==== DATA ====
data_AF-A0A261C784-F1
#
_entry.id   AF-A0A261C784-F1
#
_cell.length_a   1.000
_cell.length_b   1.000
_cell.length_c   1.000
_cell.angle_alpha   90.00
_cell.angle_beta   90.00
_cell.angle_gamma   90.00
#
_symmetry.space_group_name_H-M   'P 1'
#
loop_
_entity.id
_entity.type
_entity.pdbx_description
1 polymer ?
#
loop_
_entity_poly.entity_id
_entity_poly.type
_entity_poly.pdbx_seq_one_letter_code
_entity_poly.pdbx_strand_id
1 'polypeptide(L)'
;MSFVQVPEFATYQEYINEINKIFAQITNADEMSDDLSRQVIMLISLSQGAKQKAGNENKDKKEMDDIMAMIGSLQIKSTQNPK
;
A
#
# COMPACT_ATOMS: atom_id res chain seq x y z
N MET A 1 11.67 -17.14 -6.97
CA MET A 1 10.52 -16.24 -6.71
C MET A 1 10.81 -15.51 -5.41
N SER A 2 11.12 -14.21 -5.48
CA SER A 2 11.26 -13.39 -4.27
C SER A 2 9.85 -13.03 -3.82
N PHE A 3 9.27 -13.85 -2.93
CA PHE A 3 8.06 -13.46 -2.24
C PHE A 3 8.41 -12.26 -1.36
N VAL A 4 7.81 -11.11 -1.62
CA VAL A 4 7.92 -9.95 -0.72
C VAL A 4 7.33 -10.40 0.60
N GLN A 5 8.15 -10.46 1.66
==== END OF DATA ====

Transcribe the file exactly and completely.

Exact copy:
data_AF-A0A261C784-F1
#
_entry.id   AF-A0A261C784-F1
#
_cell.length_a   1.000
_cell.length_b   1.000
_cell.length_c   1.000
_cell.angle_alpha   90.00
_cell.angle_beta   90.00
_cell.angle_gamma   90.00
#
_symmetry.space_group_name_H-M   'P 1'
#
loop_
_entity.id
_entity.type
_entity.pdbx_description
1 polymer ?
#
loop_
_entity_poly.entity_id
_entity_poly.type
_entity_poly.pdbx_seq_one_letter_code
_entity_poly.pdbx_strand_id
1 'polypeptide(L)'
;MSFVQVPEFATYQEYINEINKIFAQITNADEMSDDLSRQVIMLISLSQGAKQKAGNENKDKKEMDDIMAMIGSLQIKSTQNPK
;
A
#
# COMPACT_ATOMS: atom_id res chain seq x y z
N MET A 1 11.67 -17.14 -6.97
CA MET A 1 10.52 -16.24 -6.71
C MET A 1 10.81 -15.51 -5.41
N SER A 2 11.12 -14.21 -5.48
CA SER A 2 11.26 -13.39 -4.27
C SER A 2 9.85 -13.03 -3.82
N PHE A 3 9.27 -13.85 -2.93
CA PHE A 3 8.06 -13.46 -2.24
C PHE A 3 8.41 -12.26 -1.36
N VAL A 4 7.81 -11.11 -1.62
CA VAL A 4 7.92 -9.95 -0.72
C VAL A 4 7.33 -10.40 0.60
N GLN A 5 8.15 -10.46 1.66